The campaign will cost money initially, but can be amortized later
A tax committee, led by Florida Express Environmental President John Paglia III, also analyzed the projected expenditures and cost of establishing a new depot site, possibly at Marion Oaks.
The committee recommended increasing penalties and encouraging greater participation in the Adopt-A-Road program to supplement litter control costs, as only 4% of the county’s roads are currently adopted.
The baseline waste figures have been taken for 2021 and will be updated for 2022 to serve as a reference for future years. Paglia noted that the county’s annual waste control cost is over $930,000 and the city of Ocala’s is over $1.2 million.
Curry noted that $7,500 has been spent so far on the first phase of the campaign, compared to $5,000 budgeted, mostly for marketing.
The marketing committee, led by US Forest Service natural resources specialist Antoinette Davis, researched other campaigns and pitched ideas for Marion County.
They work with Neptune Advertising to create a comprehensive marketing campaign, which can include social media ads, radio ads, mailings, bus wraps, direct mail, park benches and trash cans.
The agency has already created several logo options for the “No Horsin’ Around with Marion” campaign.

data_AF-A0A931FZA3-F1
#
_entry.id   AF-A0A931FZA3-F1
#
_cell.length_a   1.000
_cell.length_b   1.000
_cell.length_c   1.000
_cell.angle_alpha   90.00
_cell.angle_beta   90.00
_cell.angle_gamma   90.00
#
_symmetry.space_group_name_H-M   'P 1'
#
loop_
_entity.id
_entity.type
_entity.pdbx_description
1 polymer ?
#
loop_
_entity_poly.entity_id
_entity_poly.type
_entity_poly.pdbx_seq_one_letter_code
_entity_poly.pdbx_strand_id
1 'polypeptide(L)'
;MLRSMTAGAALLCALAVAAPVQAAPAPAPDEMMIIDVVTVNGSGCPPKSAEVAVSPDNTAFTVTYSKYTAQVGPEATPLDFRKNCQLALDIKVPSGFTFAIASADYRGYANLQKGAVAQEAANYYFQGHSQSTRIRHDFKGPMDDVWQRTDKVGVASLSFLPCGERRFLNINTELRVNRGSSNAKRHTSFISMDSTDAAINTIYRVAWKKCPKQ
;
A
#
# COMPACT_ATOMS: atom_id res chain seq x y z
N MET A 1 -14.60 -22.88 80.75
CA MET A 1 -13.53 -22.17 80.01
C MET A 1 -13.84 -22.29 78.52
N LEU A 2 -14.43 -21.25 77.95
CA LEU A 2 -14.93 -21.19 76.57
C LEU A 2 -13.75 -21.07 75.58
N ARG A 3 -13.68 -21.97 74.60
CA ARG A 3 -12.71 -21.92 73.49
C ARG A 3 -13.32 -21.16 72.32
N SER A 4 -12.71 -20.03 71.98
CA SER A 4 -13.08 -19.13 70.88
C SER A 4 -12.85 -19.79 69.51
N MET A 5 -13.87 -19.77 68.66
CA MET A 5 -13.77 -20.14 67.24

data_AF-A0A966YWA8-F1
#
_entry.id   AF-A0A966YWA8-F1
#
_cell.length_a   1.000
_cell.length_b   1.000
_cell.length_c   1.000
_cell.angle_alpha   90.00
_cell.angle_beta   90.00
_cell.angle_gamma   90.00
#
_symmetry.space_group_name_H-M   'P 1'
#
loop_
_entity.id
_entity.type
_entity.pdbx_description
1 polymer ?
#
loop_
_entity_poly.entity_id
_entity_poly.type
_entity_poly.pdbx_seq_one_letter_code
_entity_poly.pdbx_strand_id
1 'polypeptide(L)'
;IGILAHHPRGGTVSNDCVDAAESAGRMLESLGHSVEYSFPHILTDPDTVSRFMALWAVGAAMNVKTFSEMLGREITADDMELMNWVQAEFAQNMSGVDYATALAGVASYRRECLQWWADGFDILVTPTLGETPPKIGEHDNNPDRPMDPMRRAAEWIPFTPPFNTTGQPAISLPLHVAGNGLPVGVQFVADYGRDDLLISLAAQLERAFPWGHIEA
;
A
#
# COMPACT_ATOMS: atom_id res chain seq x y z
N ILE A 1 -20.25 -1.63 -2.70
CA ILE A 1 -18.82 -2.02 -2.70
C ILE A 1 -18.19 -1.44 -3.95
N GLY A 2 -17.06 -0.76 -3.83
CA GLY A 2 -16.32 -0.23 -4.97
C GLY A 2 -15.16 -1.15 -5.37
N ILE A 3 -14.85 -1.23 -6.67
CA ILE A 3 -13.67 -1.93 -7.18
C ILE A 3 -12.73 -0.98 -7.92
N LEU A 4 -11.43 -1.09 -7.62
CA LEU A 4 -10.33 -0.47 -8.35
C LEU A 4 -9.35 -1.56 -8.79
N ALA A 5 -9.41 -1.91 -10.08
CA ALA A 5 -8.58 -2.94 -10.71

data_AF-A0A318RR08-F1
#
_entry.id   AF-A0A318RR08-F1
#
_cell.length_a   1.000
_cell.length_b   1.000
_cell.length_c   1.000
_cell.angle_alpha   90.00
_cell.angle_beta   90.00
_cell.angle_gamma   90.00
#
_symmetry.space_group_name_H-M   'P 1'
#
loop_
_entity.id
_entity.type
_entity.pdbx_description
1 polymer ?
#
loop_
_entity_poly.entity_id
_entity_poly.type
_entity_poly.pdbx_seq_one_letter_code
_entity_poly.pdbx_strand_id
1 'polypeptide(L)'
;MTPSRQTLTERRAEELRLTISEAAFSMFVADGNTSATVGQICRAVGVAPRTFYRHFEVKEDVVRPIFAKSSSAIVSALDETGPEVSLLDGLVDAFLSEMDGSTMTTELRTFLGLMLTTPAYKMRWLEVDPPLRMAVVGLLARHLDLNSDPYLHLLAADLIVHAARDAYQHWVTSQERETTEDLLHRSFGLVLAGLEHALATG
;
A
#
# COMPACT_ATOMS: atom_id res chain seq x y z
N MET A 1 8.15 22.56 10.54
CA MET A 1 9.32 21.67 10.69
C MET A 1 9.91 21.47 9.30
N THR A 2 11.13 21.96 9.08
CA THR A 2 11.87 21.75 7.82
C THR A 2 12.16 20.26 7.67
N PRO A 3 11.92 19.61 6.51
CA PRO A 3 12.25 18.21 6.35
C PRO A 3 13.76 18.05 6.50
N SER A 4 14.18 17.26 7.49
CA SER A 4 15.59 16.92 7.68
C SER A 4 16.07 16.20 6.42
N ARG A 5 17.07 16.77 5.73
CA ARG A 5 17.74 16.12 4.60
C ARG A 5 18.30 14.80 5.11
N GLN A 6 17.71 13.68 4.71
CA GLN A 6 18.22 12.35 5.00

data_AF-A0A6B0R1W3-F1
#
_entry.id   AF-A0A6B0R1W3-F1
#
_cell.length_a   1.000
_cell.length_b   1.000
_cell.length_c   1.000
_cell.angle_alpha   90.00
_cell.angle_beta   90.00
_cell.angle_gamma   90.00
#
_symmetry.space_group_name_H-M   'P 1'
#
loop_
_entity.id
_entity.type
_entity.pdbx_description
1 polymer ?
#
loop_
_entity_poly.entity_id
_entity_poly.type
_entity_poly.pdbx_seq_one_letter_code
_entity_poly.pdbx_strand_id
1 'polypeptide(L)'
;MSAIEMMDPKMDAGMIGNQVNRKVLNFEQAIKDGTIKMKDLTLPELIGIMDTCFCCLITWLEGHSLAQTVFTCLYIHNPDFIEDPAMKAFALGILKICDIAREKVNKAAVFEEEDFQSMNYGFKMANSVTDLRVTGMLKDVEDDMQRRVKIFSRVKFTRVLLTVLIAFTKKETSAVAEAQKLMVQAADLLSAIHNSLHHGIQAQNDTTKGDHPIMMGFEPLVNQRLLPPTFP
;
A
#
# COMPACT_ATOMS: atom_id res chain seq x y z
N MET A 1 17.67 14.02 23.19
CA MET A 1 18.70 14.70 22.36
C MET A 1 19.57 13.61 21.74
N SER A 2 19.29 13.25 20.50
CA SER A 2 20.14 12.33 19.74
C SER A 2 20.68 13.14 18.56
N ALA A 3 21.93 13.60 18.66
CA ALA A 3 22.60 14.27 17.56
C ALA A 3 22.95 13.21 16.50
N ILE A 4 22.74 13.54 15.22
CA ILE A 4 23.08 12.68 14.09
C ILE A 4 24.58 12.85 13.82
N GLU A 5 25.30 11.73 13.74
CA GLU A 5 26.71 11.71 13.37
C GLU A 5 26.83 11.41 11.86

“We’re going to have to spend a little money up front and then hopefully over time, you know, be able to roll back a bit,” Curry said, noting that Solid Waste already has an annual advertising budget. of $50,000 that goes largely unused.
As Tuesday’s meeting was only a workshop, the committee made no decisions but expressed support for many of the working group’s proposals. Any changes to the order could be presented to the commission at a public hearing in the future, and council could approve other items in the coming months.
“I think there was a lot of interesting information that came out of (this workshop) that we’re going to be able to move forward with,” Commissioner Kathy Bryant said in a conference call at the meeting. . “I see that we can really make a measurable difference on this issue in our community.
Contact reporter Danielle Johnson at [email protected]